While for most of us cryptographic systems are things that just run “under the hood,” they are an essential element in the world of digital communications. However, the upcoming rise of quantum computers could shake the field of cryptography to its core. Fast algorithms running on these machines could break some of the most widely used cryptosystems, rendering them vulnerable. Well aware of this looming threat, cryptography researchers worldwide are working on novel encryption methods that can withstand attacks from quantum computers.
Chaos theory is actively being studied as a basis for post-quantum era cryptosystems. In mathematics, chaos is a property of certain dynamic systems that makes them extremely sensitive to initial conditions. While technically deterministic (non-random), these systems evolve in such complex ways that predicting their long-term state with incomplete information is practically impossible, since even small rounding errors in the initial conditions yield diverging results. This unique characteristic of chaotic systems can be leveraged to produce highly secure cryptographic systems, as a team of researchers from Ritsumeikan University, Japan, showed in a recent study published in IEEE Transactions on Circuits and Systems I.
Led by Professor Takaya Miyano, the team developed an unprecedented stream cipher consisting of three cryptographic primitives based on independent mathematical models of chaos. The first primitive is a pseudorandom number generator based on the augmented Lorenz (AL) map. The pseudorandom numbers produced using this approach are used to create key streams for encrypting/decrypting messages, which take the stage in the second and perhaps most remarkable primitive—an innovative method for secret-key exchange.
This novel strategy for exchanging secret keys specifying the AL map is based on the synchronization of two chaotic Lorenz oscillators, which can be independently and randomly initialized by the two communicating users, without either of them knowing the state of the other’s oscillator. To conceal the internal states of these oscillators, the communicating users (the sender and the receiver) mask the value of one of the variables of their oscillator by multiplying it with a locally generated random number. The masked value of the sender is then sent to receiver and vice-versa. After a short time, when these back-and-forth exchanges cause both oscillators to sync up almost perfectly to the same state in spite of the randomization of the variables, the users can mask and exchange secret keys and then locally unmask them with simple calculations.
Finally, the third primitive is a hash function based on the logistic map (a chaotic equation of motion), which allows the sender to send a hash value and, in turn, allows the receiver to ensure that the received secret key is correct, i.e., the chaotic oscillators were synchronized properly.
The researchers showed that a stream cipher assembled using these three primitives is extremely secure and resistant to statistical attacks and eavesdropping since it is mathematically impossible to synchronize their own oscillator to either the sender’s or the receiver’s ones. This is an unprecedented achievement, as Prof. Miyano states: “Most chaos-based cryptosystems can be broken by attacks using classical computers within a practically short time. In contrast, our methods, especially the one for secret-key exchange, appear to be robust against such attacks and, more importantly, even hard to break using quantum computers.”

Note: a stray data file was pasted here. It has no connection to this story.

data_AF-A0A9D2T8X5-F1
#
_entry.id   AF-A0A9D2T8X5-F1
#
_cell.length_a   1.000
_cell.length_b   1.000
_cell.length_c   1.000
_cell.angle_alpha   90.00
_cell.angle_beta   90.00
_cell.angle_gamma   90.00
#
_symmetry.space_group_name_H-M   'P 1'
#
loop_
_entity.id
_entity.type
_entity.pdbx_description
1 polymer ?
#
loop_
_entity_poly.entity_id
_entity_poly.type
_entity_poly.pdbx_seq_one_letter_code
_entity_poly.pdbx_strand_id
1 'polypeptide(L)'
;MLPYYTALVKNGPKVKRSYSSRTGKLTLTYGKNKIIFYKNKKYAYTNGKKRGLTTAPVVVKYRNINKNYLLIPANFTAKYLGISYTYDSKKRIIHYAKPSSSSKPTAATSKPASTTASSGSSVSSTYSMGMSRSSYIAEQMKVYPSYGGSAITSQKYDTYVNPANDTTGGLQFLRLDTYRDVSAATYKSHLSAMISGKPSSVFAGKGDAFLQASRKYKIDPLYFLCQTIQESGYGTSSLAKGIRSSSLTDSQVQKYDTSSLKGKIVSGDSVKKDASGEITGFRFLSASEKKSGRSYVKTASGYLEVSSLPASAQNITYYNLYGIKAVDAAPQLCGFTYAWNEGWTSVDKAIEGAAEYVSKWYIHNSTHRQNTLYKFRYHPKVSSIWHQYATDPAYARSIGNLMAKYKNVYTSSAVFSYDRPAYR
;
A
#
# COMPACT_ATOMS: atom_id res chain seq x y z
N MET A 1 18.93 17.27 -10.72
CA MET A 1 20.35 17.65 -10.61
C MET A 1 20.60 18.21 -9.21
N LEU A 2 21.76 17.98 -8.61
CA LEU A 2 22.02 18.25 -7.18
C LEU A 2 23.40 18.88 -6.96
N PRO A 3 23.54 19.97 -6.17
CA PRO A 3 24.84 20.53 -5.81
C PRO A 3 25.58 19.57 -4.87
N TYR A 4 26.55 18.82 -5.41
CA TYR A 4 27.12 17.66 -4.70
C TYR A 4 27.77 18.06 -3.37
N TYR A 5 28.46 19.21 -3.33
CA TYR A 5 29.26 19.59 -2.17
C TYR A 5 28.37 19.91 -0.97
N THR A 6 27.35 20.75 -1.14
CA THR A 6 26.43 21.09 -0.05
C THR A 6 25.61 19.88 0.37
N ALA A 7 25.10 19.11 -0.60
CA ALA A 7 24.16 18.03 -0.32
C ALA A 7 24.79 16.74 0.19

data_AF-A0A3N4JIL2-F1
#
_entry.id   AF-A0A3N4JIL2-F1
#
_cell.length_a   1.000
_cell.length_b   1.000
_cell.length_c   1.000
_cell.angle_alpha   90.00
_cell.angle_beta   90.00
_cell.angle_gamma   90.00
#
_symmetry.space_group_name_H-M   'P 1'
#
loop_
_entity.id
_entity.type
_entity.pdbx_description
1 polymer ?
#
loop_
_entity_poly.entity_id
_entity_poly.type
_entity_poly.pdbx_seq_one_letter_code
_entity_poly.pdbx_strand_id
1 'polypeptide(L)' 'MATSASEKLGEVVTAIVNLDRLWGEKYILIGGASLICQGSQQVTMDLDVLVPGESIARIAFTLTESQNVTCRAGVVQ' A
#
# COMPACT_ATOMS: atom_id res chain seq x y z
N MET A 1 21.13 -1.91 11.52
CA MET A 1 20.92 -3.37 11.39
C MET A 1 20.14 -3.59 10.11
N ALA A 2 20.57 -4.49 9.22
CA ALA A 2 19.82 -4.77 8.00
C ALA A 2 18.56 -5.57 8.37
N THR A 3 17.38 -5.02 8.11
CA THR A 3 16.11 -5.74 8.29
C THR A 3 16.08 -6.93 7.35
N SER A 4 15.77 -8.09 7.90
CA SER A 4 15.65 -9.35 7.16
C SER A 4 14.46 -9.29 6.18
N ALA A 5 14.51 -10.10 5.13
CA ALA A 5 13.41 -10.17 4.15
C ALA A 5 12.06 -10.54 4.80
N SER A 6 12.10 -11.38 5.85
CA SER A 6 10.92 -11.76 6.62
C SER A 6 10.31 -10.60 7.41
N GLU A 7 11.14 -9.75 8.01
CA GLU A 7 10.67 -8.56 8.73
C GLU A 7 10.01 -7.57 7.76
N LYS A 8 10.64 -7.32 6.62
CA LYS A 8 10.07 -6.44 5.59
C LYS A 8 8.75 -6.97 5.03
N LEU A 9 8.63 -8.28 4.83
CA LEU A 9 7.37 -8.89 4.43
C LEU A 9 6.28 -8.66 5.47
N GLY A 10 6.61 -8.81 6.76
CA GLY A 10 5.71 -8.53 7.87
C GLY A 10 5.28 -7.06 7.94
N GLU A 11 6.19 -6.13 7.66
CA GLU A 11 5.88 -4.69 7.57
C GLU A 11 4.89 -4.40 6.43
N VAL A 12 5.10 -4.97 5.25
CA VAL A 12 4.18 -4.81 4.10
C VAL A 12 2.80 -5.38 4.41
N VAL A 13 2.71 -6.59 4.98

In addition to its security, the proposed key exchange method is applicable to existing block ciphers, such as the widely used Advanced Encryption Standard (AES). Moreover, the researchers could implement their chaos-based stream cipher on the Raspberry Pi 4, a small-scale computer, using Python 3.8. They even used it to securely transmit a famous painting by Johannes Vermeer between Kusatsu and Sendai, two places in Japan 600 km apart. “The implementation and running costs of our cryptosystem are remarkably low compared with those of quantum cryptography,” highlights Prof. Miyano, “Our work thus provides a cryptographic approach that guarantees the privacy of daily communications between people all over the world in the post-quantum era.”
With such power of chaos-based cryptography, we may not have much to worry about the dark sides of quantum computing.
About Ritsumeikan University, Japan
An eminent private university located in western Japan, Ritsumeikan University is constantly accelerating its efforts toward being a research-intensive institute. In the fiscal year 2020, Ritsumeikan was ranked third among private universities in terms of both the number and the total amount of Grants-in-Aid for Scientific Research awarded by the Japanese government. It has the distinction of being the first university in Japan to have been rated by QS Stars as a four-star institution, while also receiving a five-star rating in internationalization. It has also performed the best among Japanese private universities in the Impact Rankings for two consecutive years.
About Professor Takaya Miyano from Ritsumeikan University, Japan
Dr. Takaya Miyano obtained his Ph.D. in Chemistry at Kyoto University in 1985. He is currently a Professor at the Department of Mechanical Engineering, Faculty of Science and Engineering, at Ritsumeikan University. His research at the Intelligent Microsystems Laboratory focuses on chaos, nonlinear dynamics, time series analysis, artificial intelligence, and drug delivery systems. He has well over 110 publications to his name, including papers in peer-reviewed journals and academic conference presentations.
IEEE Transactions on Circuits and Systems
Method of Research
Subject of Research
Secret-Key Exchange Through Synchronization of Randomized Chaotic Oscillators Aided by Logistic Hash Function
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